Fair Game News Logo

Sarcasm over, SI: time for real pics of female athletes

February 13, 2010 – 4:04 PM

By Laura Pappano

OK, I’ve learned something valuable: My effort at a tongue-in-cheek fan letter to SI for their “un-coverage” of female athletes was not clearly tongue-in-cheek to many readers on this site or the Women Talk Sports network site.

Firstly, what a terrific (and impassioned!) discussion. Secondly, to set the record straight: I employed a tone of sarcasm in the post because I do find it absolutely absurd to promote the idea that sex appeal does anything but undercut the image, goals, and status of seriously talented female athletes.

We appear stuck in a sort of moment — much like the feminist we-can-do-it-all quagmire — where we feel compelled to be both serious athletes and hot bodies. The problem is not that women athletes don’t have great bodies; the issue is that in putting so much energy into showing them off as such distracts from being seen as a seriously intense (skier, snowboarder,…fill in the blank). If I want people to pay attention to me when I am, say, giving a talk, I’ll wear a suit — and not one for swimming.

I understand that sex appeal is part of sport. But where, say Tom Brady may be pretty, as a male athlete he is given plenty of latitude to also be tough. There are many ads of him of the chiseled chin and tight abs but even that exposure is far outweighed by the serious network air time, news coverage, talk radio, pre-game, half-time, and post-game analysis of his athletic performance.

Certainly, female athletes can be attractive AND competitive. I don’t see this in the larger sense — or longer term — as an either/or debate. But right at this moment, we have a serious attention bias in the way women’s sports events — and female athletes — are viewed. When all that warrants mainstream coverage is undress, it tilts the image and shapes the conversation.

This very point was confirmed this morning as I listened to two male hosts on sports talk radio station WEEI in Boston giggling about the SI coverage and how they were going to be paying more attention to Vonn (and not her skiing) at this Olympics. (Really guys???)

SI is known for it’s incredible action photography. Given that, how about a few more female athletes caught, freeze-framed, mid-action? If we want some “balance” in the sexy vs. serious debate, that might be a good place to start.

  1. 5 Responses to “Sarcasm over, SI: time for real pics of female athletes”

  2. Okay, Laura, I didn’t get the sarcasm part of your last blog. I honestly think that what you wrote was a great idea, and I would love to see it actually happen-and yes, I am a enlightened male fan of female sports.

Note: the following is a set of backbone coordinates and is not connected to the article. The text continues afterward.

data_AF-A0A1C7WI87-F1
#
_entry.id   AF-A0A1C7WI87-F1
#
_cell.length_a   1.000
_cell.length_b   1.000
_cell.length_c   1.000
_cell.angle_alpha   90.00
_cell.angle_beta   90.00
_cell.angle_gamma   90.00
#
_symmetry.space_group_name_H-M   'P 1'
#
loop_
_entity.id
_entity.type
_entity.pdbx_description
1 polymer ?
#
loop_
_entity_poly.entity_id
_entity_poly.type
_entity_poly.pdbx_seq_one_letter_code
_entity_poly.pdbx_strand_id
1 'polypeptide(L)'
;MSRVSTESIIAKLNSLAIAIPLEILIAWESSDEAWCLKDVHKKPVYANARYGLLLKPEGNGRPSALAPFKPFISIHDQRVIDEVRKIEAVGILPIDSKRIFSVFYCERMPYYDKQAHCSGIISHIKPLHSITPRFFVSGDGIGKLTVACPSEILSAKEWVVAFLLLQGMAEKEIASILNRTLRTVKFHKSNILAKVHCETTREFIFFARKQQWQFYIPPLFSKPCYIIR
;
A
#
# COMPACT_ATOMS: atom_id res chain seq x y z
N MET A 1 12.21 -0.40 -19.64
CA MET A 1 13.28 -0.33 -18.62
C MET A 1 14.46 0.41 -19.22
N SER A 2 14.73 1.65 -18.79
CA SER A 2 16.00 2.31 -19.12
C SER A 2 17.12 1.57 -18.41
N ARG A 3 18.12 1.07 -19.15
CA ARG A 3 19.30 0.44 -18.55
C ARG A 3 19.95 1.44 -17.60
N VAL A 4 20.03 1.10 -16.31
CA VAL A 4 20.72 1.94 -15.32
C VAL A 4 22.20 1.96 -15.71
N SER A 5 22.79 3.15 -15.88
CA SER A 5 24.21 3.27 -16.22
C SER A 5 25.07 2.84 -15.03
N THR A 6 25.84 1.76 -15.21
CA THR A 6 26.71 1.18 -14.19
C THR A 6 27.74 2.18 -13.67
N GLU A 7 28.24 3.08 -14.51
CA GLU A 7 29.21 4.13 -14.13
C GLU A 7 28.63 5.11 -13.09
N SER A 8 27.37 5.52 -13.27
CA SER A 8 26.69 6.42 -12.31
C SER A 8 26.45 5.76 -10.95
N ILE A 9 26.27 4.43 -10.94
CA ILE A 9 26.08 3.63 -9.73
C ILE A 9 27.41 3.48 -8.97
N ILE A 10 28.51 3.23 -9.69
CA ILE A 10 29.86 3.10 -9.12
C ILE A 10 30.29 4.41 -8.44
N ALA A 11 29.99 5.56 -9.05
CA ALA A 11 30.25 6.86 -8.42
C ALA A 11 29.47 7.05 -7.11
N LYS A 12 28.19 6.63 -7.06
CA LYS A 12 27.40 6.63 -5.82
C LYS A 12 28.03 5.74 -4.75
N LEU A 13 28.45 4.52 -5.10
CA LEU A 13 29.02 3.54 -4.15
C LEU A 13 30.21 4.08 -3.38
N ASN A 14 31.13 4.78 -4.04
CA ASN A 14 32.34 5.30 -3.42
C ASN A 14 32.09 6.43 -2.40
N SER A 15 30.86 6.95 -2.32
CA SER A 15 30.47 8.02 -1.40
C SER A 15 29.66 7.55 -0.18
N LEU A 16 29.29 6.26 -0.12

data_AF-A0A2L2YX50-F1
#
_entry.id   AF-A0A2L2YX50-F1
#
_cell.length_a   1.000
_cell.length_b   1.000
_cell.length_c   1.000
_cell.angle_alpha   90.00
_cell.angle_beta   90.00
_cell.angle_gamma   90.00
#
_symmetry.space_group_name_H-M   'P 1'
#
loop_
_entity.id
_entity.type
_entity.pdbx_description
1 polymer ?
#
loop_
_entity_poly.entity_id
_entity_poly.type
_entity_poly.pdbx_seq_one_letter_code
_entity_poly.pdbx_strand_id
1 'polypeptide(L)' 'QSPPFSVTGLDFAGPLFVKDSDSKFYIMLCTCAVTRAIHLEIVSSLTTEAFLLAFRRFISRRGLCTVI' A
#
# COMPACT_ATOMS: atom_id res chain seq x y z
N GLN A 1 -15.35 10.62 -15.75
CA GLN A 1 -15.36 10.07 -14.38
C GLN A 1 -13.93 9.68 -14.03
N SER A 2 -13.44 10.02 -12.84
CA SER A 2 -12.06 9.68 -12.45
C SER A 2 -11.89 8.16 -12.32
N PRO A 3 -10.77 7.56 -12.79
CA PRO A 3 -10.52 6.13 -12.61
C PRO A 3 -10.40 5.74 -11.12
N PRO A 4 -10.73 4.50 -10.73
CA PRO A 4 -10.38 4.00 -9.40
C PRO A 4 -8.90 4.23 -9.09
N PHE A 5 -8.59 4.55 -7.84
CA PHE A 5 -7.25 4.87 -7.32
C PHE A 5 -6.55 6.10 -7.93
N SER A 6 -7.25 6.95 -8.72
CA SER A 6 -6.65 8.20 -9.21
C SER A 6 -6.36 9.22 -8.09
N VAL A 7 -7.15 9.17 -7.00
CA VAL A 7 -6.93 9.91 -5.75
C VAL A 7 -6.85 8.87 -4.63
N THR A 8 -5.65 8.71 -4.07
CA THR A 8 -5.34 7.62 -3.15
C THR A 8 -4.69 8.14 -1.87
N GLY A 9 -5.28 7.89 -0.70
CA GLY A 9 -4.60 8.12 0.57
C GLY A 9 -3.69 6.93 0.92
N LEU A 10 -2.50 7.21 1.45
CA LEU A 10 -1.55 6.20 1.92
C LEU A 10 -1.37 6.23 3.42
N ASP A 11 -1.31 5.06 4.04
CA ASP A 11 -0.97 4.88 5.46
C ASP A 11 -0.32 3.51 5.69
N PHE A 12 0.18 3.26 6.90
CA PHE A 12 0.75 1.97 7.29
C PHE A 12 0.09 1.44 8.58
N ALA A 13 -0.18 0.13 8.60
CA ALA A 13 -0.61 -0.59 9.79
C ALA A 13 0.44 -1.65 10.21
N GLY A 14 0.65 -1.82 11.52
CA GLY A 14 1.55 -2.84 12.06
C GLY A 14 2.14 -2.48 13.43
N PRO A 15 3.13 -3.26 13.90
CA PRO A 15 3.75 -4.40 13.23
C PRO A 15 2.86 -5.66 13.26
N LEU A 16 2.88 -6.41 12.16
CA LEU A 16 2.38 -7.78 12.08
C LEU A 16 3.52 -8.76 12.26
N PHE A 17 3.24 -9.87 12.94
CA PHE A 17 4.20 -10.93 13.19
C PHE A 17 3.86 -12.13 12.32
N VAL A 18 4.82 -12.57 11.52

Sports Illustrated is like any other magazine. They will publish/print/talk about what makes money. That is the reason the magazine exists, not to be a social statement publication. If men’s sports didn’t sell, SI wouldn’t exist either.

    I doubt sincerely that anything will change. Therefore, if you want change, you will have to do it yourself and force a change, as opposed to asking/demanding/expecting others to do it for you. Sorry to be blunt, crass or disrespectful, but that is how I see it.

    By Edward on Feb 13, 2010

  3. I also think it has to do with money … SI does what will sell magazines to males. So either males have to express that they are not interested in seeing Vonn undressed on the slopes or VONN (and other women athletes) have to reject exposing themselves in that way. Nothing wrong about being athletic and beautiful, but in the right place and right time.

    By Davi-Ellen Chabner on Feb 14, 2010

  4. Thank you, Laura. Great points, especially your bolded statements. I can’t wait for more serious and “real” coverage of women athletes!

    By Rachel on Feb 15, 2010

  5. Laura: In “Playing with the Boys” you make a case that is forward-looking, one that points us generally in the direction the debate about women in sports must ultimately go. Here, however, your gloss is rather more shopworn.

    It’s not so much attention bias, it’s lack of attention–period. If “all that warrants mainstream coverage is undress,” instead of complaining priggishly shouldn’t we be asking why that is? One easily finds photos of Tom Brady, displaying any number of personae, all deemed compatible with his status as super-athlete. As long as he throws touchdowns and wins games on the football field, few will forget about his athleticism when they see him in other activities and circumstances.

    I should also add that “sexy” images of male athletes typically reinforce their status as potent athletes. For them, the ideal look doesn’t hinder but rather facilitates athletic performance. It’s difficult to be a great athlete without an athletic body–why I think it is sometimes good for girls and young women to see athletic female physiques.

    When the attention female athletes receive is measured against, say, what male athletes of modest ability (DIII, semi-pro, etc.) receive, it becomes evident that their slights are likely the result of the ordering by ability that naturally occurs in athletics. Our task, then, is to remove obstacles that hinder female athletes from becoming better athletes, including body-image ideals that aren’t conducive to athletic performance, which in some cases might be best served by “uncovering” female athletes.

    By Rob Mars on Feb 15, 2010

  6. OK got it! I hadn’t seen this yet. I was a bit confused by the original post knowing your work, but found it interesting that most of the comments were agreeing with you! However, after the latest round over the sex sells female athletes, I guess I shouldn’t be surprised. Keep up the good work. -Nicole

    By Nicole LaVoi on Feb 17, 2010

Sorry, comments for this entry are closed at this time.